'...may well take its place beside Moby-Dick, asking of you something as much and giving in proportion - which is to say incalculably much, and that long after you have finished it, over and over. It will, I suspect, be one of those books I will not put down all my days: island life, life at sea, being en-islanded, the isolation of failed understanding, of loss, of identity, even of nationhood - and of tank warfare - of addiction and of much else, all broached in a daring remade language that teaches you how to read it.                Candia McWilliam, in The Herald, Books of the Year, 2014


Ian and Christine  presented their collaborative work at the Australian Wooden Boat Festival, Tasmania 6 - 9 Feb, 2015. Christine also took part in a group exhibition of artists' responses to poetry. See www.stephenmorrison.org and The Island Review on line journal:

http://www.theislandreview.com/ian-stephen-hemispheres/


  Cape Bruny Lighthouse, Tasmania


Christine and Ian have also worked together on the images and texts from voyages which are being developed in partnership with Museum nn Eilean, an Lanntair, Stornoway, an Talla Solais, Ullapool and Taigh Chearsabhagh, Lochmaddy  as the exhibition, Grammar of Wavelength.


This body of work has  led into the illustrations which provide section headings for maritime
– a new and selected poems on sea themes, published by Saraband in 2016.




The exhibiton and Waypoints were reviewd by Jon Miller in Northwords Now:

http://northwordsnow.co.uk/userfiles/file/issues/issue34/NNow_34_web.pdf

Christine Morrison’s paintings emerged from the Stephen|Morrison residency in Tasmania. Containing hand ground earth pigment, these, in their rough ochres and reds, evoke the blood running in the earth and the brutalities visited on the Aboriginal people further echoed in Stephen’s accompanying poem Ash in the figure of the spiny anteater, the echidna. There are images of grain silos in Saskatchewan taken whilst driving: huge structures acting as landmarks that become lighthouses or waypoints by which someone might navigate across the flat immensities of the Canadian prairie landscape. Others - grainy washed-out, photogravure images of Sule Skerry, Fair Isle, Boreray, Sula Sgeir, all taken at sea level - give the land forms an eerie otherworldliness, like mythical lands, Ultima Thule or those encountered by wandering Celtic monks in the Voyage of St Brendan and are accompanied by a traditional tale particular to that island. Something of an artistic aesthetic appears in Waypoints, as Stephen’s describes how boats go through their various incarnations and restorations, (often individualised by the tastes of their different owners) and how the essential shape (which will also have minor variations depending on location and function) is re-formed and re-fashioned just as tales are with their localised variations thus becoming a ‘living thing’. In this constant re-forming and re-telling, individuals and communities become bound together, a common culture to be handed on to yet more change.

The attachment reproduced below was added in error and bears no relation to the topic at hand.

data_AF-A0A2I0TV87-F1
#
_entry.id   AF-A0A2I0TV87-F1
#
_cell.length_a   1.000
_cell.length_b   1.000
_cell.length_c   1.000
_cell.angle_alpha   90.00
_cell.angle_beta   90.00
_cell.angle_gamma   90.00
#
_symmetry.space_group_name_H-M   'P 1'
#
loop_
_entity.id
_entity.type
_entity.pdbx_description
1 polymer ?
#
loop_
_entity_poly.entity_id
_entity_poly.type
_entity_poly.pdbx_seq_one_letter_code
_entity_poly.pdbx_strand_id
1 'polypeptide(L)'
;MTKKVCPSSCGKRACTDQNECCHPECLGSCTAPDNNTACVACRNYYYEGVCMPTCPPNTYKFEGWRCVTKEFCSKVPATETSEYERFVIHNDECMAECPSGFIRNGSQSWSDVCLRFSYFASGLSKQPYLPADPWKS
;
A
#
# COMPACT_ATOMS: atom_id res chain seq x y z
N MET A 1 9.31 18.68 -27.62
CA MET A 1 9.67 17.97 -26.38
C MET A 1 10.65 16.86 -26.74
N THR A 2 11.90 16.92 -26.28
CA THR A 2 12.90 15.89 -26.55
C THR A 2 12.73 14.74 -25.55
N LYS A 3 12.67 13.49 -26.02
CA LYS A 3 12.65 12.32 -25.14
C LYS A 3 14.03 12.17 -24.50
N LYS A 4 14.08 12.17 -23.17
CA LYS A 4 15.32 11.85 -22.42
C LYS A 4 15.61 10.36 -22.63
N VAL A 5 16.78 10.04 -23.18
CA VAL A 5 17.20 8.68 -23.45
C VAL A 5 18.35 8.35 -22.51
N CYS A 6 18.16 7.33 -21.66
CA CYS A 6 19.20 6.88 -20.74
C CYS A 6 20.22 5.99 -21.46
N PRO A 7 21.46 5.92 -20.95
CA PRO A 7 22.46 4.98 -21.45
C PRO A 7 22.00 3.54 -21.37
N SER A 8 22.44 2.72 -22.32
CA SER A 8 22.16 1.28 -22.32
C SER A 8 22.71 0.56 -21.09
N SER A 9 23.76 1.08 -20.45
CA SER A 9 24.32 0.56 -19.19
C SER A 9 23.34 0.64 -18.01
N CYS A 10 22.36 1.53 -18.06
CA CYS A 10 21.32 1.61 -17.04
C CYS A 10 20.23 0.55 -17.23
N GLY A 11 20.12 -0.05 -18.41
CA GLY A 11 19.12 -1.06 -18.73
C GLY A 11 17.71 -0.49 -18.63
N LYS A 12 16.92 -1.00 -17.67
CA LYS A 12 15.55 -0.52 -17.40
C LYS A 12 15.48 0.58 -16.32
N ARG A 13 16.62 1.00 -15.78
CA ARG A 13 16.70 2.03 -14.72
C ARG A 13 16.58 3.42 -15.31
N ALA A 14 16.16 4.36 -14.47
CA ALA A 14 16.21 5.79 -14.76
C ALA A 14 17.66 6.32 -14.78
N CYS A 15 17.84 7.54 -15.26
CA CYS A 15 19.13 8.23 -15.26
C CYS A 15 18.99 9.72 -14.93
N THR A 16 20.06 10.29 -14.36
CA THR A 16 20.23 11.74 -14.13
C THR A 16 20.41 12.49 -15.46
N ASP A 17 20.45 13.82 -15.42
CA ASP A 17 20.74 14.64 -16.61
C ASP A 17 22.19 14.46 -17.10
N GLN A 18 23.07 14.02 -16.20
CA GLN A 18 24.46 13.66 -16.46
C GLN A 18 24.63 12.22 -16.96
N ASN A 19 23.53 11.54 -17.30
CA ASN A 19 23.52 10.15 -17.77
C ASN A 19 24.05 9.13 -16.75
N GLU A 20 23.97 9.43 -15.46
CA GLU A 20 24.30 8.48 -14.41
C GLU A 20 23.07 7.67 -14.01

Recent Events

Rathlin Sound Festival - Ian and Christine Morrison sailed from Lewis in the yacht Rebecca, to join in the festival programme, in 2014 and then returned in their own El Vigo to take part in the 2015 , 2016 and 2017 events.

 Morrison helms El Vigo to Gigha

Their event Voyage, developed for the 2013 Edinburgh International Storytelling Festival, with the singer Kirsty Law, was performed on Rathlin with the skipper and tin-whistler Ken Linklater  contributing tunes and percussion.

The show, this time with the sound-sculpture of Giles Perring, also opened Settle Stories festival in Yorkshire (9th to 12th Oct)

"Voyage is a superbly crafted storytelling experience in which narrative, song, music and evocative visuals all combine to draw us into the storytelling magic…. the perfect launch for the Scottish International Storytelling Festival 2013’  (Donald Smith, Festival Director ).

For a taste of 'Voyage', click here: http://vimeo.com/85604546


Commonwealth Poets United

 Close-up of a grain-elevator, Saskatchewan

Ian represented Scotland in Canada as part of the Scottish Poetry Library's  exchange  of 6 Scottish poets with 6 poets from Commonwealth countries.

Christine was funded to travel with Ian and make work in response, thanks to Creative Scotland – a comparison between a 3 night voyage to shetland and a 3 night train journey over the prairies.


http://commonwealthpoetsunited.com/2014/04/04/from-place-to-place/